Britain's debt mountain of £10,000bn represents a "time bomb" for families, who face a loss of as much as £2,700 a year each if interest rates return to more normal levels, according to analysis by accountants PriceWaterhouseCoopers.
In relation to the national income, debt is now at historically high levels. Total UK debt – public and private – was 540 per cent of GDP at the end of 2009, up from 200 per cent of GDP in 1987, and is projected to reach a total of £10,000bn by 2015. By that time the national income will still be less than £2,000bn. The interest on the public national debt will be £63bn a year by 2014, according to the Treasury.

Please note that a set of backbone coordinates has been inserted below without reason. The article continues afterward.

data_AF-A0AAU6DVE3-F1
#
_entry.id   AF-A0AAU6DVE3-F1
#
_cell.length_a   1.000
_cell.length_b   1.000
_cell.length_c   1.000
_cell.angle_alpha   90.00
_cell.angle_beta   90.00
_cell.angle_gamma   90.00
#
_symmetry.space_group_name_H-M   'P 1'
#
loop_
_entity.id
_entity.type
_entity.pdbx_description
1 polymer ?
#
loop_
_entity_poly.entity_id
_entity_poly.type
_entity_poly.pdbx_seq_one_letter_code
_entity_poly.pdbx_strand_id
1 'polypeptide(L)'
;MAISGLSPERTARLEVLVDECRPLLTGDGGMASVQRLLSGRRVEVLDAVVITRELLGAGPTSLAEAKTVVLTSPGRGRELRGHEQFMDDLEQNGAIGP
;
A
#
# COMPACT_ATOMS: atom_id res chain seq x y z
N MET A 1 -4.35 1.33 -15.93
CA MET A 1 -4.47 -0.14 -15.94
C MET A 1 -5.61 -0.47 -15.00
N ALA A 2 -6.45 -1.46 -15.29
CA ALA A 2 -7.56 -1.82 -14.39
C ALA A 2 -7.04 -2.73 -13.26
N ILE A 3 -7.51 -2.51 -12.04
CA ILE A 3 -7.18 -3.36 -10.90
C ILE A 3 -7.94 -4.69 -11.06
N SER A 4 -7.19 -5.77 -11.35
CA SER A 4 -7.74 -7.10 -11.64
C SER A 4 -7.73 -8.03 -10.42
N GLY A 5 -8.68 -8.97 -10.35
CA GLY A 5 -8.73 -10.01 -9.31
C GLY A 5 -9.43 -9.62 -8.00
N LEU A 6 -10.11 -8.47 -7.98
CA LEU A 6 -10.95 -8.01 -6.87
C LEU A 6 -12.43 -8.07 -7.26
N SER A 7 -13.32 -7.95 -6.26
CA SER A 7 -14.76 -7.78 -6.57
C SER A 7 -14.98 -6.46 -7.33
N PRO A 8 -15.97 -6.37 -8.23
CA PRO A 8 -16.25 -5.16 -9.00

Should rates edge up over the next few years by 2 per cent, says PWC, family incomes could drop by £1,800 a year; a rise of 3 per cent would see the loss rise to £2,700, or about £50 a week. Before the recession, rates stood at 5 per cent. After years of rising taxation and small, if any, increases in pay, such a rise in the cost of servicing mortgages, loans and overdrafts will be difficult to bear for many families.
John Hawksworth, chief economist at PwC, said: "Low interest rates will not last for ever."Reuse content